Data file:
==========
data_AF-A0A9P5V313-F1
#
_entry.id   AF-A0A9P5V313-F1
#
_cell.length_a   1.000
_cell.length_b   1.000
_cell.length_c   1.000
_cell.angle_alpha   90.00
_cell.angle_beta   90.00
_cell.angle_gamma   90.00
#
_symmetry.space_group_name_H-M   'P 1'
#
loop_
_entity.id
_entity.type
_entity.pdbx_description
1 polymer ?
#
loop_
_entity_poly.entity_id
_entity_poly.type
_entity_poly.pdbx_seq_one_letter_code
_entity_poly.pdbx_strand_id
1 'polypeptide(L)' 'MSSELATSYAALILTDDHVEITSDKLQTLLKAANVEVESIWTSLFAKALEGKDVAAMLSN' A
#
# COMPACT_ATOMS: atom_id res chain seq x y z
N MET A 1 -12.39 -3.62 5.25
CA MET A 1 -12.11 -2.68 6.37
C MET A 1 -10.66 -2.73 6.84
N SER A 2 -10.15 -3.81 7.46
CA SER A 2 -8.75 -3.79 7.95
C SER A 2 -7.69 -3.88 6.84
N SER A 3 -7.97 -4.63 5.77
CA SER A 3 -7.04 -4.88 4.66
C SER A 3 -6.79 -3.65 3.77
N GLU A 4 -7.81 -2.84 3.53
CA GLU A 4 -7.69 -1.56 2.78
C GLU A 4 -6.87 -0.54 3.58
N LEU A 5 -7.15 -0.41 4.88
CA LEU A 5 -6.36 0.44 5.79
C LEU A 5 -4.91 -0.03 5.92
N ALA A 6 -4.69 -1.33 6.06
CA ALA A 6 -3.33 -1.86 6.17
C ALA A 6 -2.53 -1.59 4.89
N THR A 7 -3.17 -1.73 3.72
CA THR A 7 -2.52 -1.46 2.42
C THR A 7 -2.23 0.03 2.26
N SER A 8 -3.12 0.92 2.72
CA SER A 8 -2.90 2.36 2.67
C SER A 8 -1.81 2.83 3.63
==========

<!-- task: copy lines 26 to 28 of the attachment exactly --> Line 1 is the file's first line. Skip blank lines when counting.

#
# COMPACT_ATOMS: atom_id res chain seq x y z
N MET A 1 -12.39 -3.62 5.25